He calculated their average cost to sell to an existing customer using the same formula. He divided their $600 cost per proposal by their existing customer closing rate of 65% to discover it only costs $923 to sell to an existing customer!
In other words, selling to an existing HM's customer costs only 25% of selling to a new customer.
The general manager dug deeper and learned only 30% of their sales were to existing customers and 70% of their sales were to new customers. This discovery was far different than what he assumed. These two percentages told a story and begged the question: Did the focus to expand the company outweigh their need to care for existing customers?
Immediately, the general manager developed an entirely new vision of where the sales team should go. These hidden realities caused the company to stumble in the dark. HM's and their sales team shifted their focus to serving and keeping existing customers. Things would never be the same again.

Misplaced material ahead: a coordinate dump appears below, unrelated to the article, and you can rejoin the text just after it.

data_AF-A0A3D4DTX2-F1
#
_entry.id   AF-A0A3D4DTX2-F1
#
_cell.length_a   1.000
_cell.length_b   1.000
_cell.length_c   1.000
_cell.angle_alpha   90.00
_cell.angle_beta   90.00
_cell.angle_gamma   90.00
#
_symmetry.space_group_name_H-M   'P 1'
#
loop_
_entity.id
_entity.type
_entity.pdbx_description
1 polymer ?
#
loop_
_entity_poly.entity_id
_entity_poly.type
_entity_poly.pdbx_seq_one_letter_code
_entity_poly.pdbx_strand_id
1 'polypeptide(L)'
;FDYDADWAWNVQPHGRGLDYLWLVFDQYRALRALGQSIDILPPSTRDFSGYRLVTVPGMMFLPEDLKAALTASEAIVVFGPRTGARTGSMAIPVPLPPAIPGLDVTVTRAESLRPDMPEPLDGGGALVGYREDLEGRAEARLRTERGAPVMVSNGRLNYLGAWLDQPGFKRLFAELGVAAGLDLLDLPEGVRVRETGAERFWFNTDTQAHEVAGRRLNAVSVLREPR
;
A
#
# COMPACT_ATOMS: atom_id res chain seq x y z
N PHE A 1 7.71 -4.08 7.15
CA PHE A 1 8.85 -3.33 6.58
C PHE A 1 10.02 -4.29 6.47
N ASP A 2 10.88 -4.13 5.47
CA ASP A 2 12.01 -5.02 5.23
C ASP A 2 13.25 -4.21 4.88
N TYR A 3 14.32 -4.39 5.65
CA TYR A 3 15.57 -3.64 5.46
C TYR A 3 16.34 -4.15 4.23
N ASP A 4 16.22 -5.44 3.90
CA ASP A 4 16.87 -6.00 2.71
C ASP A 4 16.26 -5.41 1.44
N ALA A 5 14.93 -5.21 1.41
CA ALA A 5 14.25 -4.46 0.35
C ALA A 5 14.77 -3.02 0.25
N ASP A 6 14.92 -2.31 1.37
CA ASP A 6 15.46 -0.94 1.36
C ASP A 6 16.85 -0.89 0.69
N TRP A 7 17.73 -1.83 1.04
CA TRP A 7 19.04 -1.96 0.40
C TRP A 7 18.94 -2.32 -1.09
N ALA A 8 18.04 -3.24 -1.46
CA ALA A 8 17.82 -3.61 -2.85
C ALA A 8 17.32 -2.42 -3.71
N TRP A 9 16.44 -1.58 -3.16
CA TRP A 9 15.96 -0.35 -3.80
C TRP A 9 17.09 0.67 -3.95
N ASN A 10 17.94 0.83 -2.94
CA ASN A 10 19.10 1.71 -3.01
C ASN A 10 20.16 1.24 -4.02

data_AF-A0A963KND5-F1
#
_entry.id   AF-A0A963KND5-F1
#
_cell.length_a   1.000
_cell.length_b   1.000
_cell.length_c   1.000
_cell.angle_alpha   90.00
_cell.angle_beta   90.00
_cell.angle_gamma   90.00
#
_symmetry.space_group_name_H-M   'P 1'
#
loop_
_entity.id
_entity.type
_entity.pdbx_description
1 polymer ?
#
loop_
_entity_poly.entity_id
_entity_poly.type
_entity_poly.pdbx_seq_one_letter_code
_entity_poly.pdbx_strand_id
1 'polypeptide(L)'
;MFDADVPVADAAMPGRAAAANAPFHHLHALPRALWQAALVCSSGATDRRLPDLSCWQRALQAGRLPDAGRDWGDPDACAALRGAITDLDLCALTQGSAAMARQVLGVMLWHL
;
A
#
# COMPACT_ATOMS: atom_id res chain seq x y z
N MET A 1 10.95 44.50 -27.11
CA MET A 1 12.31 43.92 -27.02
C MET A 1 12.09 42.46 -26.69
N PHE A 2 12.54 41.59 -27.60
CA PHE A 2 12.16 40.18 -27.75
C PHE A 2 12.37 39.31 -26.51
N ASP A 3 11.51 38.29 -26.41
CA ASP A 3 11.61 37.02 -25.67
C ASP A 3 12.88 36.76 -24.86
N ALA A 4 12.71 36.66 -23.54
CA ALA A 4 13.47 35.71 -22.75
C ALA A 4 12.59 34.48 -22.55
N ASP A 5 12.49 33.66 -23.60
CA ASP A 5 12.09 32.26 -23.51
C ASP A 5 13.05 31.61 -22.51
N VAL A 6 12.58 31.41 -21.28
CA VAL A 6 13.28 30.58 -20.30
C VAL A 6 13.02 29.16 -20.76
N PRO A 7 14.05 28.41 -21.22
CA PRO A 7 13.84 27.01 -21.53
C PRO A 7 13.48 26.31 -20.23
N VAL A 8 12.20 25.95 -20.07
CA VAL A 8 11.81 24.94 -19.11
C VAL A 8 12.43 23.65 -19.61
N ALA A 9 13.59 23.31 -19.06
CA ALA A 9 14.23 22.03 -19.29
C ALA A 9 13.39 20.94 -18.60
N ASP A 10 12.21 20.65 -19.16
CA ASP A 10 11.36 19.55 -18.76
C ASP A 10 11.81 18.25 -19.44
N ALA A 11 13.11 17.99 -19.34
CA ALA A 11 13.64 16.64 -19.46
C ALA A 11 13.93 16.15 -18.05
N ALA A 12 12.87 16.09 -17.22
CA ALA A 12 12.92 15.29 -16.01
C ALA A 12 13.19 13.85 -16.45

They, like you, must seek this information. You need to calculate your sales statistics before you can know how to make sales team improvements.
What's Hidden in Your Financials?
Few companies calculate their cost to sell jobs by comparing the cost of selling to new versus existing customers. If you felt a twinge of concern as you read the discoveries of HM's, please take a few hours, study your profit and loss statements, and rally your sales team to extract and calculate this information.
The primary value of this process is to help you make clear, effective decisions. Good decisions drive the changes that will improve your company. When you have accurate information, your choices become self-evident and help the sales team make needed changes that make sense to everyone.
Rob "Doc" Falke serves the industry aspresident of National Comfort Institute, Inc., an HVAC-based training company and membership organization. If you're an HVAC professional interested in a free one-page worksheet to calculate your company's cost to make sales, contact Doc at ncilink.com/ContactMe or call him at 800-633-7058. Go to NCI's website at nationalcomfortinstitute.com for free information, articles, downloads, and current training opportunities.